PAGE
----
RECENTLY Taiwanese President Chiang Ching-kuo announced that martial law would soon end and that new political parties would be allowed to form. He was lauded by the news media, the United States State Department, Congress, and even many of Taiwan's traditional critics. The most widely heard explanation for his decision is that he wants to leave a favorable legacy. Of course, he has to overcome reactionary opposition among the top leadership to do this.
Regarding his battle with the ``hardheads'' in the ruling party, the Kuomingtang (KMT), to make the move he did, one could certainly make the argument that they are the ones that are changing their minds about the future of the country in their last years or months. Older members of the National Assembly and the Legislative Yuan, and to a lesser extent the KMT, have been passing away at a rate of nearly one a week for some time.
Second, what the President did may also be given a different interpretation. His decision to end martial law and allow the formation of new political parties may not be as significant as it appears.
In the sense that martial law translates into political instability, curfews, and other restrictions on the movement of citizens, along with a special role for the military, martial law has not existed in Taiwan for some time. The Chinese term chieh yen has been mistranslated.
Abolishing martial law will slow down the judicial process, since it has made it possible for the government to handle crimes of violence with much less legal hassle. In fact, for this reason the majority in Taiwan do not favor (according to public-opinion polls) getting rid of martial law.
In this sense, the President may be said to have acted in an undemocratic manner. One would be even more convinced of this, knowing that he was advised to do away with martial law to improve the country's image abroad and remove one of the issues used by the Western media to label Taiwan an authoritarian dictatorship, not for domestic reasons.
Regarding the significance of the decision to allow the formation of new political parties, one should examine the political processes, especially elections, since 1980. For at least six years there has been party competition in elections in Taiwan.
The opposition, formerly called tang wai (meaning ``outside the party'') has had a campaign platform and war chest, and its candidates campaigned for each other. It has been for all intents and purposes (except that it technically remained illegal) a political party.
In fact, some opposition leaders have been unhappy with President Chiang's decision. They do not have a base of support, being basically a protest party. Giving them a legal status will not help. In fact, it may do more harm than good, since it will deprive them of an important cause - namely that they should be entitled to legal status. That is not to say, however, that the opposition will not continue to grow, or register election gains, as they did this past weekend when they won 12 of 73 seats in Taiwan's lawmaking council, as well as 11 out of 84 seats in the National Assembly.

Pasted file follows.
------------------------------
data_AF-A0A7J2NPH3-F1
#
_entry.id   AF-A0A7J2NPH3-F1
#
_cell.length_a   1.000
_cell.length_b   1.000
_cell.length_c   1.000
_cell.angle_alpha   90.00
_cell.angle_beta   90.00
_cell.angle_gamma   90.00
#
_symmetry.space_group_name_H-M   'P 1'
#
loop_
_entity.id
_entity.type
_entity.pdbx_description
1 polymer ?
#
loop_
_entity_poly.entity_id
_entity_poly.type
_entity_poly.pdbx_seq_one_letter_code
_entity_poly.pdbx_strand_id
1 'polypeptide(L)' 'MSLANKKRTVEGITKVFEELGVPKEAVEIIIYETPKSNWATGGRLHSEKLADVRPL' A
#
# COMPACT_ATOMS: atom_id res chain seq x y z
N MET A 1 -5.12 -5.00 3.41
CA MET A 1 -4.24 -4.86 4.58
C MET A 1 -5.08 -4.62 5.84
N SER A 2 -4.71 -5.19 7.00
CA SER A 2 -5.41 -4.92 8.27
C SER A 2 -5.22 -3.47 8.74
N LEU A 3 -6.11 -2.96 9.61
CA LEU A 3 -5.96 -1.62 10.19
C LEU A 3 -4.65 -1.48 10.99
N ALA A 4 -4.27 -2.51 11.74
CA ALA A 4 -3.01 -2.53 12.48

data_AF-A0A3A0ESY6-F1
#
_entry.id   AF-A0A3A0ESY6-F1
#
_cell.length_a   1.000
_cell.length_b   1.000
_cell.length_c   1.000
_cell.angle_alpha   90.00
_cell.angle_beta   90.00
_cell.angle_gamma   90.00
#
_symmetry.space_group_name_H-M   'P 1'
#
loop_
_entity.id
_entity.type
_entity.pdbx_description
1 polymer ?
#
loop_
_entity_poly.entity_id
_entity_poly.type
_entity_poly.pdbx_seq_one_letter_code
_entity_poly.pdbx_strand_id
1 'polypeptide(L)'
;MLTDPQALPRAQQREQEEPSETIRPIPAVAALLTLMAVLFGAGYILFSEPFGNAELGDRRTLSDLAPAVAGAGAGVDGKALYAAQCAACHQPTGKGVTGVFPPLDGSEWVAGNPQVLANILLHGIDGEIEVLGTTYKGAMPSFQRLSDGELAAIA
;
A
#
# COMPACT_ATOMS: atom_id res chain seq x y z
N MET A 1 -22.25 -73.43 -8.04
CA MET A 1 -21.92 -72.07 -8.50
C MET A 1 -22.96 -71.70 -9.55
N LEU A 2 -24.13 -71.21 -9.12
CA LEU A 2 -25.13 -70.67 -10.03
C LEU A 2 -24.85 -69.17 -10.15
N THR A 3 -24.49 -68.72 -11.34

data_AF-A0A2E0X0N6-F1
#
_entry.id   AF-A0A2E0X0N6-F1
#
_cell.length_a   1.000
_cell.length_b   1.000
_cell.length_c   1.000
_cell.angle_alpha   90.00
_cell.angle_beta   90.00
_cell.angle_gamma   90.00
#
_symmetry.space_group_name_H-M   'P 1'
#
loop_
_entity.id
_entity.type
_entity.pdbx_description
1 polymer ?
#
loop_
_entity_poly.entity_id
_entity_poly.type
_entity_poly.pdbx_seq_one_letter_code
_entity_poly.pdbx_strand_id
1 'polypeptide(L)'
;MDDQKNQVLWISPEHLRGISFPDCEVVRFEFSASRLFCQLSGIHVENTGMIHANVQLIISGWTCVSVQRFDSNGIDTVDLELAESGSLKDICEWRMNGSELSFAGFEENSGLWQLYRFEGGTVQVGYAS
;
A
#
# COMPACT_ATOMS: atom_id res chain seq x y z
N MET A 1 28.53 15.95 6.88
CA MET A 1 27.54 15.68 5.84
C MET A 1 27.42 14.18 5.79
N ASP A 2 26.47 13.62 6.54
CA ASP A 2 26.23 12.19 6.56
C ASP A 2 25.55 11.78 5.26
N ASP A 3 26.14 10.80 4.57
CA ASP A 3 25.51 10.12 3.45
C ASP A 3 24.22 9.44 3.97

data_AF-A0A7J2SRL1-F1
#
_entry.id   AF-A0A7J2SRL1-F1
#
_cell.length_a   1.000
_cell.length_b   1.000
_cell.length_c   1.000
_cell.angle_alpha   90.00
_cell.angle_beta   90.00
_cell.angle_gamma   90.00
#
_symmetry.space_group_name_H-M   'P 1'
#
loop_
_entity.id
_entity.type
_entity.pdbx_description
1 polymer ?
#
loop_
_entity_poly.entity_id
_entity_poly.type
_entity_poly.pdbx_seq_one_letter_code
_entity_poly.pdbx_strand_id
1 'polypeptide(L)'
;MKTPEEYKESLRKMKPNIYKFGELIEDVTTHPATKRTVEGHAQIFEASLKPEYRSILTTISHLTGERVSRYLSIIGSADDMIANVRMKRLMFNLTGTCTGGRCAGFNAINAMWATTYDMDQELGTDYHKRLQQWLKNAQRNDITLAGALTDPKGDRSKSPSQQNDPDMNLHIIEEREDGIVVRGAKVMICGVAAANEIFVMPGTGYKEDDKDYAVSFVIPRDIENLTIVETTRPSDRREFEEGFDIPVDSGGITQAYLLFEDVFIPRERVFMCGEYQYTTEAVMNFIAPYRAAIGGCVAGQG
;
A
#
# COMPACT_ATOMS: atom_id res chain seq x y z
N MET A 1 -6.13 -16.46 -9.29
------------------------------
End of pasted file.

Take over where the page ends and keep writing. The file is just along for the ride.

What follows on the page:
President Chiang in the early 1970s ordered the KMT to recruit Taiwanese. It did - at a higher rate than their percentage of the population. The party has run 90 percent Taiwanese candidates in recent elections.
Mr. Chiang also moved against corruption and bureaucracy in government at the same time. He even jailed some of his friends and relatives for corrupt practices. In so doing he made government responsive to citizen demand.
He allowed the opposition to form and told his party that competition made for better government.
He forced the KMT to become more democratic and to work harder to win the support and respect of the population.
He has all but eliminated complaints that the military or some of his relatives may play a role in his succession. Few question that his vice-president, incidentally a highly respected Taiwanese, will succeed him, and that the process will be smooth and democratic (something that happens infrequently in developing countries).
President Chiang deserves credit for stable, democratic-style political development in Taiwan over a period of two decades or more.
Getting rid of martial law and allowing new parties legal status, relatively speaking, are not very significant.
John F. Copper is the Stanley J. Buckman distinguished professor of international studies at Rhodes College in Memphis.